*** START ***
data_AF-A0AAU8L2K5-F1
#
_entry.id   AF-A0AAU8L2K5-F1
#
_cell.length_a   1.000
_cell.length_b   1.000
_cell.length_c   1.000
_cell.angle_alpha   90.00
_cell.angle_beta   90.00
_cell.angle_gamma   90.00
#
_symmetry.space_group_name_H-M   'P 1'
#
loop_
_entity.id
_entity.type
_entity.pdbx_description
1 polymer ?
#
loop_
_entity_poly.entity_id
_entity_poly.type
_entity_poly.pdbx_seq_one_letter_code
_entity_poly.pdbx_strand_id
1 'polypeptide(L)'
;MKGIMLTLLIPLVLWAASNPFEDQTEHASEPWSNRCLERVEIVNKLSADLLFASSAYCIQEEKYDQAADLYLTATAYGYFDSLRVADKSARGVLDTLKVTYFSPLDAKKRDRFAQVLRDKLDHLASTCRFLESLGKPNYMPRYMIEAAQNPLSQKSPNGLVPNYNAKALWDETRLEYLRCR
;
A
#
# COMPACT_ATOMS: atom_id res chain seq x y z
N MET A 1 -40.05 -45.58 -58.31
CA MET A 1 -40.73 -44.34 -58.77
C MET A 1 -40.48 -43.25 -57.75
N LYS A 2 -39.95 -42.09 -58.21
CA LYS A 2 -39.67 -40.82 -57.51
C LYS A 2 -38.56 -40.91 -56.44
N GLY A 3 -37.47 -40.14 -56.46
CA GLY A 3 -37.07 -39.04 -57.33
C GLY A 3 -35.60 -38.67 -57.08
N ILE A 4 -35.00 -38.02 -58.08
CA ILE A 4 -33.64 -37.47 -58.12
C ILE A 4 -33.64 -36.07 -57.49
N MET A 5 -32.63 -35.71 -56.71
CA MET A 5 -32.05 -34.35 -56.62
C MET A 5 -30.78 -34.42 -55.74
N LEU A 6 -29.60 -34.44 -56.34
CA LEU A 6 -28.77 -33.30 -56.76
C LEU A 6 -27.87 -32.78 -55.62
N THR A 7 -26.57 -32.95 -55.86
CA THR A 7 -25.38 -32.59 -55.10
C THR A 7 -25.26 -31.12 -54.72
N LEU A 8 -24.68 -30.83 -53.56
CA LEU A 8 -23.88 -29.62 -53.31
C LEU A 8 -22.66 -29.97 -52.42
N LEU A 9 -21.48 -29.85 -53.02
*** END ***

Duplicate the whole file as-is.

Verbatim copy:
data_AF-A0AAU8L2K5-F1
#
_entry.id   AF-A0AAU8L2K5-F1
#
_cell.length_a   1.000
_cell.length_b   1.000
_cell.length_c   1.000
_cell.angle_alpha   90.00
_cell.angle_beta   90.00
_cell.angle_gamma   90.00
#
_symmetry.space_group_name_H-M   'P 1'
#
loop_
_entity.id
_entity.type
_entity.pdbx_description
1 polymer ?
#
loop_
_entity_poly.entity_id
_entity_poly.type
_entity_poly.pdbx_seq_one_letter_code
_entity_poly.pdbx_strand_id
1 'polypeptide(L)'
;MKGIMLTLLIPLVLWAASNPFEDQTEHASEPWSNRCLERVEIVNKLSADLLFASSAYCIQEEKYDQAADLYLTATAYGYFDSLRVADKSARGVLDTLKVTYFSPLDAKKRDRFAQVLRDKLDHLASTCRFLESLGKPNYMPRYMIEAAQNPLSQKSPNGLVPNYNAKALWDETRLEYLRCR
;
A
#
# COMPACT_ATOMS: atom_id res chain seq x y z
N MET A 1 -40.05 -45.58 -58.31
CA MET A 1 -40.73 -44.34 -58.77
C MET A 1 -40.48 -43.25 -57.75
N LYS A 2 -39.95 -42.09 -58.21
CA LYS A 2 -39.67 -40.82 -57.51
C LYS A 2 -38.56 -40.91 -56.44
N GLY A 3 -37.47 -40.14 -56.46
CA GLY A 3 -37.07 -39.04 -57.33
C GLY A 3 -35.60 -38.67 -57.08
N ILE A 4 -35.00 -38.02 -58.08
CA ILE A 4 -33.64 -37.47 -58.12
C ILE A 4 -33.64 -36.07 -57.49
N MET A 5 -32.63 -35.71 -56.71
CA MET A 5 -32.05 -34.35 -56.62
C MET A 5 -30.78 -34.42 -55.74
N LEU A 6 -29.60 -34.44 -56.34
CA LEU A 6 -28.77 -33.30 -56.76
C LEU A 6 -27.87 -32.78 -55.62
N THR A 7 -26.57 -32.95 -55.86
CA THR A 7 -25.38 -32.59 -55.10
C THR A 7 -25.26 -31.12 -54.72
N LEU A 8 -24.68 -30.83 -53.56
CA LEU A 8 -23.88 -29.62 -53.31
C LEU A 8 -22.66 -29.97 -52.42
N LEU A 9 -21.48 -29.85 -53.02